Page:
That’s a big bunch of oil workers from the United Steelworkers union on strike at a refinery in Kentucky. They and thousands of others at refineries and chemical plants in Texas, California, and Washington are staging the first USW walkouts since 1980. And they’re doing it not just for wages, but for one of the reasons why unions started in the first place: worker safety. And they’re striking against the biggest oil conglomerates – Chevron, Shell, and others.
Yeah, it seems you can only have so many years of industrial accidents, explosions, and general catastrophes, due often to worn out equipment and cost-cutting measures that have left workers exposed to greater risks. As one refinery worker writes in The Guardian, “It’s frustrating. We know the refineries aren’t doing enough. At Tesoro, the explosion in 2010 didn’t come as a real surprise. The equipment that failed had a history of leaks and fires.”
Seven people died in that Tesoro refinery in Washington, and at one in California, the California Nurses Association joined the oil workers on the picket line. Said a CNA spokeswoman, “We stand in solidarity over their safety concerns and the fact that they are the front-line workers who are going to see when something is wrong.” She demanded that whistleblower protection be written into the contracts, too.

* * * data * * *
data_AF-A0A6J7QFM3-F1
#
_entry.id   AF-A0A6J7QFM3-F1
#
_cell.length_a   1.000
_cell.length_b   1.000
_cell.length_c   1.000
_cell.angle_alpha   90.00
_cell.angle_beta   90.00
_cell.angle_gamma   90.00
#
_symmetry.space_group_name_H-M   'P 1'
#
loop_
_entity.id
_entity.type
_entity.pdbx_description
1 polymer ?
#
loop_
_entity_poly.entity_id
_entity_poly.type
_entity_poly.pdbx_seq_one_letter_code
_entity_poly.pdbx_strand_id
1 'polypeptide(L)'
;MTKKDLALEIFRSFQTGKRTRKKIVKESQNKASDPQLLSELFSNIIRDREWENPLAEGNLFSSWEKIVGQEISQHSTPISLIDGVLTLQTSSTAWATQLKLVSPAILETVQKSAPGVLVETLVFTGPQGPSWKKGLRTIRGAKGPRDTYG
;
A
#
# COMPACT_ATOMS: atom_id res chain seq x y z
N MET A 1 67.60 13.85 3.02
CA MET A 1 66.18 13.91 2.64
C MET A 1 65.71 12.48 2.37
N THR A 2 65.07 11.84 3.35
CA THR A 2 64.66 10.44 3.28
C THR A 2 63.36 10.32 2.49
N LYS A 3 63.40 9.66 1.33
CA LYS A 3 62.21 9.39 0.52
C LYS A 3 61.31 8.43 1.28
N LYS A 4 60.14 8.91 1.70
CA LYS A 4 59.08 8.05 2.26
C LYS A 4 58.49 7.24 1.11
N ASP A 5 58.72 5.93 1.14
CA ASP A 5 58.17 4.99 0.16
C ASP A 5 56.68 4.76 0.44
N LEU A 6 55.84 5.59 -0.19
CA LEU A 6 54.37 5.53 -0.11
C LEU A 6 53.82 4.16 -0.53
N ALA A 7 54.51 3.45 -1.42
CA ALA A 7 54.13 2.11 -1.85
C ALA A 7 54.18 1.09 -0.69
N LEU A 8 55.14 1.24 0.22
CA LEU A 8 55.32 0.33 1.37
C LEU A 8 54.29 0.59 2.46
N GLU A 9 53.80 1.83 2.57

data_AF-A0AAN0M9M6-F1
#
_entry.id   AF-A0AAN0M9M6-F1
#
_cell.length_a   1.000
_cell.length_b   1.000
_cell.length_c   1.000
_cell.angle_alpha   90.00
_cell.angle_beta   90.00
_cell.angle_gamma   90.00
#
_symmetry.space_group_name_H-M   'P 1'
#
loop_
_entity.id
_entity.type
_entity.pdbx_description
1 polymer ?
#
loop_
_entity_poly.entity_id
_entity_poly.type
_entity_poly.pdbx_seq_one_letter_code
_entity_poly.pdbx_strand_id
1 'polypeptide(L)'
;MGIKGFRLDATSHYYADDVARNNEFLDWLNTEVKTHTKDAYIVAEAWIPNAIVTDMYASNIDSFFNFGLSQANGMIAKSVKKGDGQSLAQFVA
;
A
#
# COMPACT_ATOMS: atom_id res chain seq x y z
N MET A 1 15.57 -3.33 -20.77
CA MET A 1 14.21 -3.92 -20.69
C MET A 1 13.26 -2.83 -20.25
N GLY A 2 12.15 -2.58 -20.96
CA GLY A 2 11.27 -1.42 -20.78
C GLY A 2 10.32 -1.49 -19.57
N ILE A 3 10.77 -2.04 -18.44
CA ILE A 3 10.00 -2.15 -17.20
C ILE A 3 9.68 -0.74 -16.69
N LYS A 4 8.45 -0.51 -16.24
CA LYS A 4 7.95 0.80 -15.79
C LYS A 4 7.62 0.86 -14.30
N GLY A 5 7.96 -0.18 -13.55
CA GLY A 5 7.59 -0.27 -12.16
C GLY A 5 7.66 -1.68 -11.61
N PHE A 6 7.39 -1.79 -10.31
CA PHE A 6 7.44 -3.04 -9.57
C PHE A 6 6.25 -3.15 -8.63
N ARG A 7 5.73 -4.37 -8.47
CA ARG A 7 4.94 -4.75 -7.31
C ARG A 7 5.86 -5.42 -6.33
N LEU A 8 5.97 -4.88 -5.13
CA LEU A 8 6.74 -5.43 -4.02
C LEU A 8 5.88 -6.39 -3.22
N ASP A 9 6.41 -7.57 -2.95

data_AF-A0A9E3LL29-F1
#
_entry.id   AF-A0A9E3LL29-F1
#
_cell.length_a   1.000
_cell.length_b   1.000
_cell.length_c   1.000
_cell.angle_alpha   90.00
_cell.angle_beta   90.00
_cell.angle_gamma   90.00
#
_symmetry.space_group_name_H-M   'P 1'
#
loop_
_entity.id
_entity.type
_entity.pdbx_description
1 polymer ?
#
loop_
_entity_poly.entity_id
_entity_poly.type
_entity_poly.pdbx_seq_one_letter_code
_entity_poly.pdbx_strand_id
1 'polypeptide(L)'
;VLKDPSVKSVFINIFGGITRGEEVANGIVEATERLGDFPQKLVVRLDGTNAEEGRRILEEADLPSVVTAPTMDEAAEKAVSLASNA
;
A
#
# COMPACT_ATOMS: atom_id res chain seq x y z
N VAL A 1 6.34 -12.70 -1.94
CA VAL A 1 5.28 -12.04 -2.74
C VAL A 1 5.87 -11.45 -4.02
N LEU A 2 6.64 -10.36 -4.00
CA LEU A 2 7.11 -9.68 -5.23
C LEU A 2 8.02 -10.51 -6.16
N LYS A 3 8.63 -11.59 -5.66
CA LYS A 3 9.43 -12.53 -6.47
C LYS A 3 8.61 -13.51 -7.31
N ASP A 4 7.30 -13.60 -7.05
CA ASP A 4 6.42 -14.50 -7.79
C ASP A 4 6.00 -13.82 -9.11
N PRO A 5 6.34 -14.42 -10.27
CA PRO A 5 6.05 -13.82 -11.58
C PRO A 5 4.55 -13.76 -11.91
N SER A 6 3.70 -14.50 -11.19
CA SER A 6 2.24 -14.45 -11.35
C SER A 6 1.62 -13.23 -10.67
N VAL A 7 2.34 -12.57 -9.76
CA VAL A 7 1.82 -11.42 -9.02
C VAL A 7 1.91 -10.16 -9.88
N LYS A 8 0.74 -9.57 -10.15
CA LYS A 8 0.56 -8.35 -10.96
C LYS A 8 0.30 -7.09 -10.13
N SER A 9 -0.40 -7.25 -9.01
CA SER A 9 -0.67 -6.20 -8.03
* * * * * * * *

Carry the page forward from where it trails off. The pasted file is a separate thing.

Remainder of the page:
Right now, the strike by 5200 workers is affecting 13 percent of the fuel output of the United States. If the full USW went out, it would affect 64 percent. You’d feel that. Every now and then, it’s good to be reminded that some good can come of something that the right has successfully vilified, nearly into non-existence.
But unions are still here. And they still demand to be heard.
Editor’s Note: This essay originally appeared on February 13, 2015, on The Rude Pundit, a website featuring commentary by Lee Papa. It was reproduced here with the consent of Mr. Papa.